Physical Library Space


I have been thinking about why people go to the corporate library in this digital world. As people are social beings, that aspect of our human nature might be lost in the race to go digital. Again and again I was struck a common theme during a law library tour in Toronto last fall. Students and lawyers still go to the library to learn or research an issue. There are computers for quick training, large tables to spread out treatises, and big screen tv’s for webinars or other interactive training sessions. Kudos to Laurel Murdoch (Heenan Blaikie), Mary Saulig (Goodmans), and Michele Miles (Fasken Martin DuMoulin) for thoughtful design in their space planning.

Libraries still have a place in this world for people to come together to interact and work. I wouldn’t go as far as Jason Fried at TED talks about how people work, toxic elements like manager and meeetings, and dedicated quiet time like No Talk Thursdays. But Fried makes a good point about some people work best in quiet times (early in morning or weekends), or on planes or trains. I remember litigation lawyers who came to read the newspaper in the library, where they might get a chance to discuss their work, in an otherwise busy day when they might not take the time to do that. This was over 5 years ago without the distractions of Blackberries. My work is task based so I have busier and quieter times, so interruptions that Fried mentions happen, but more so if I was a reference librarian.  But, at a different stage in life when I was a student with poor concentration skills, I loved to study in the science reading room at the main library of University of British Columbia. Part of the reason was there was natural light, but the temperature was chilly so the conditions forced me to concentrate on reading.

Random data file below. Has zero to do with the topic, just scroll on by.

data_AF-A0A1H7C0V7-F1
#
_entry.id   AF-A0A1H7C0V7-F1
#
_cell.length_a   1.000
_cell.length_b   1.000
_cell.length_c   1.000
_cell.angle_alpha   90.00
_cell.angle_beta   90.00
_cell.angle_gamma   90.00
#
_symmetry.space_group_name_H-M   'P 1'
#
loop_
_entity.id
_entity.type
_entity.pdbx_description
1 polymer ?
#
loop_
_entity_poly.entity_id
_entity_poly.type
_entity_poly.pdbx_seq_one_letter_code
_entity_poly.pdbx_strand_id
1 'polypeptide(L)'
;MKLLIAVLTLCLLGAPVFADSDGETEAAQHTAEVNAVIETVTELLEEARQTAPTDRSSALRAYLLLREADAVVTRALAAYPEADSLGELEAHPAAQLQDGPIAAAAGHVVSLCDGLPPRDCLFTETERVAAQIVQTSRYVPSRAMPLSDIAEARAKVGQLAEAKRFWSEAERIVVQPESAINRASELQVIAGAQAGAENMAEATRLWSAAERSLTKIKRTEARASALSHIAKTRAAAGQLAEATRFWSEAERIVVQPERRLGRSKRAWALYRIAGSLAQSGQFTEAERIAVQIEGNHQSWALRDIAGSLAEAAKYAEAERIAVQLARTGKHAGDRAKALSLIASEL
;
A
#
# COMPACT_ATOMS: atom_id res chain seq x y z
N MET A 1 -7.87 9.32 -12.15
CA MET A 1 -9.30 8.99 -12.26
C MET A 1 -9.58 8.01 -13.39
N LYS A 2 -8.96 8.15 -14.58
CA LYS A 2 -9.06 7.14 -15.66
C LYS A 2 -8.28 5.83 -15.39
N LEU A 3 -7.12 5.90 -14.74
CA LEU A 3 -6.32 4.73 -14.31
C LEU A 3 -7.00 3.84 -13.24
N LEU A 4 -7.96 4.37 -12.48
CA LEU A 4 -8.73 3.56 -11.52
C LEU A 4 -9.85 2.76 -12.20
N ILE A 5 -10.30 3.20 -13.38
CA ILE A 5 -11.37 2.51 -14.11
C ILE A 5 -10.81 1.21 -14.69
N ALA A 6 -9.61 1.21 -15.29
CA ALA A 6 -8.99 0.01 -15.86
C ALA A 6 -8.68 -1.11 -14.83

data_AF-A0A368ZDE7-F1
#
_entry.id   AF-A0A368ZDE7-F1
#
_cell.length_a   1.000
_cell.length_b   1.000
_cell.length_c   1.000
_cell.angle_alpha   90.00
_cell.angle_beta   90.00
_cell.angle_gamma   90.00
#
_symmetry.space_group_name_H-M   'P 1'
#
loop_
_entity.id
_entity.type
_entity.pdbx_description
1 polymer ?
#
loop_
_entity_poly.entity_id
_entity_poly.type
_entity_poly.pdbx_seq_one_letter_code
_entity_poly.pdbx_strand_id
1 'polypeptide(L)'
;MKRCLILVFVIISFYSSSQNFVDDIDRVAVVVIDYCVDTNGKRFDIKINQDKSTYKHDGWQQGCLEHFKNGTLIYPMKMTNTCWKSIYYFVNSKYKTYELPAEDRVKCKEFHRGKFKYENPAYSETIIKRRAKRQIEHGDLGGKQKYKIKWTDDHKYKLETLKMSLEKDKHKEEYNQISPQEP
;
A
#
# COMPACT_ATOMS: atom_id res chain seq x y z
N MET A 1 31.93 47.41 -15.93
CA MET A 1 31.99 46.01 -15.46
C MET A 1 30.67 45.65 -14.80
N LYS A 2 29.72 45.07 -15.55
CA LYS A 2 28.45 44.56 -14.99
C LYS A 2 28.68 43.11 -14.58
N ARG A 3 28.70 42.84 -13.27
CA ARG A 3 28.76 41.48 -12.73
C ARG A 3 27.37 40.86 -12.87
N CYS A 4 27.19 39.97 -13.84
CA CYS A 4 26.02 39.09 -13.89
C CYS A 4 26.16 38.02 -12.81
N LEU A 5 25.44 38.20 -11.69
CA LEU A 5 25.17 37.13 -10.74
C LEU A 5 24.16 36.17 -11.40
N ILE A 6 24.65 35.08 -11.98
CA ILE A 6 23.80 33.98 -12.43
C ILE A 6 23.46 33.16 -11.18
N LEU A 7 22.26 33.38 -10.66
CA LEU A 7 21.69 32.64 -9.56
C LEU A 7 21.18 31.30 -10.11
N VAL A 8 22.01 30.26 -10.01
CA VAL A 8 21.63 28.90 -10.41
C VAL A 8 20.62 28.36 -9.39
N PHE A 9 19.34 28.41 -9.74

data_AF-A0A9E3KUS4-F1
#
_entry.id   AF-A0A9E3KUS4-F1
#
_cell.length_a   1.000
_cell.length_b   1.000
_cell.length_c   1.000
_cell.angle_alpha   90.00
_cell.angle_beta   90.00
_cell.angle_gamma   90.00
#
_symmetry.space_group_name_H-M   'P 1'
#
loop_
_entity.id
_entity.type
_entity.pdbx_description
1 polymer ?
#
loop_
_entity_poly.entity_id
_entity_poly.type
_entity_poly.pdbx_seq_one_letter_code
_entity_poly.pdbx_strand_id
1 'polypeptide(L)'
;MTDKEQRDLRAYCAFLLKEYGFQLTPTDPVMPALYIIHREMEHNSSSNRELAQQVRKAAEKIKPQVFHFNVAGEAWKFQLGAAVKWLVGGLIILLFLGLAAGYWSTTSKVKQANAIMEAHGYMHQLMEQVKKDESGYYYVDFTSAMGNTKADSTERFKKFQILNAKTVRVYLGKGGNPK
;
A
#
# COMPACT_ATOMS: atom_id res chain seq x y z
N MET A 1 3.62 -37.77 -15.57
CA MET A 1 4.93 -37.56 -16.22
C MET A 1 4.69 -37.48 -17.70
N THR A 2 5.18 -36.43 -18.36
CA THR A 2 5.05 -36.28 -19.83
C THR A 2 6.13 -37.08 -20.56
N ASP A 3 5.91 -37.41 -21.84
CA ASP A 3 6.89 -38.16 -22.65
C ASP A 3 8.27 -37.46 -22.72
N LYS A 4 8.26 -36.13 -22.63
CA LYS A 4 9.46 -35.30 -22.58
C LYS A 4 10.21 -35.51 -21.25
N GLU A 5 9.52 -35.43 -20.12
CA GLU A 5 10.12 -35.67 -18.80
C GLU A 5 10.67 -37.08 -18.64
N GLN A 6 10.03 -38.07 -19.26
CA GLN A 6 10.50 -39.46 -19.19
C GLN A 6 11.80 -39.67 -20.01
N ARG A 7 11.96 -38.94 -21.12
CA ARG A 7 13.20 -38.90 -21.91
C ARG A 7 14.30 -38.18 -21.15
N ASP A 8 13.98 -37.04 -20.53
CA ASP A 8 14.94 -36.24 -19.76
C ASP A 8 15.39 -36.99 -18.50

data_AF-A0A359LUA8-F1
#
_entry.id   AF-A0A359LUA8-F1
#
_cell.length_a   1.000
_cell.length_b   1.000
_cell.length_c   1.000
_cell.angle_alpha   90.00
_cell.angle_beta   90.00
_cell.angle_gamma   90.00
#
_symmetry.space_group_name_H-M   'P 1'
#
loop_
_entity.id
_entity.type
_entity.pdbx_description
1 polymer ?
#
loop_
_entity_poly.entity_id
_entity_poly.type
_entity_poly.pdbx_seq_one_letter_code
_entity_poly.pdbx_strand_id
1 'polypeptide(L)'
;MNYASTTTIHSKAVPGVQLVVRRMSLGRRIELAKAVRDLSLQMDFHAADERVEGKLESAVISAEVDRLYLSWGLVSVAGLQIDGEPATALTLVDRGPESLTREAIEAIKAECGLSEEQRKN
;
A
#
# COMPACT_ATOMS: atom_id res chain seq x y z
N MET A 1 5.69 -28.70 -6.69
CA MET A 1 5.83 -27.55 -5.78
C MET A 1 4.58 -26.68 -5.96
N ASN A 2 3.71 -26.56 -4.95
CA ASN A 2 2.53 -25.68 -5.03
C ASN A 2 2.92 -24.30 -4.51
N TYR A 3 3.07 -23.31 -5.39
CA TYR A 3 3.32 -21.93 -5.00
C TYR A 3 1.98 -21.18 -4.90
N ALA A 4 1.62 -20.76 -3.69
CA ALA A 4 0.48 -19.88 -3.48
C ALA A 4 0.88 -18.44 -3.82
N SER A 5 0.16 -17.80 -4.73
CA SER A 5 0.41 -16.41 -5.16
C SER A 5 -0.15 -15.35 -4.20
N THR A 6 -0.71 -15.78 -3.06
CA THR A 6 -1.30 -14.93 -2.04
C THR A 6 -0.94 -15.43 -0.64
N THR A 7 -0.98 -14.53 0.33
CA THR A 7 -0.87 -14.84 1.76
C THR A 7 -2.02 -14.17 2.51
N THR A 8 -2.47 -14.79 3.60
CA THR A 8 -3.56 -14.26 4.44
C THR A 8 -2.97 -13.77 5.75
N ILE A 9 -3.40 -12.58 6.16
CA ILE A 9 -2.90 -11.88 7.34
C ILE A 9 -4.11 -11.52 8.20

Greg Lambert presented a talk on on the physical library space at the Ark conference on Best Practices & Management Strategies for Law Firm Library & Information Service Centers recently. One of his ideas is Water Cooler Fridays “where the library is set up to handle open discussions on any issue a lawyer wants to throw out to his or her peers.” I don’t totally agree with concept of  the library as only a space for uninterrupted work, as I embrace the social library as a gathering space to share ideas. But then our law library is incorporated into a massive combined lunch room/multifunctional meeting space with wraparound glass view of the Canada’s largest city.

— Brenda


One Response to “Physical Library Space”

  1. 1 Karen

    I can’t believe you stole my idea!

    I was at the Ark conference where Greg Lambert talked about library space. If i understood him correctly, he would like to return the library to a “ssssh” zone, making it a space where lawyers can work uninterrupted.

    One of the other participants at the conference told me that she doesn’t have a physical library at all. Her collection has been distributed around the firm into the practice groups. She finds this is great at giving the library exposure within her firm, as upkeep to the print texts is done where people work. I’ve had this happen with my library, but on a more informal basis. One of my labour lawyers has swiped all the labour law books to keep in his office. Most of this practice group are located close to each other, so it works out okay.

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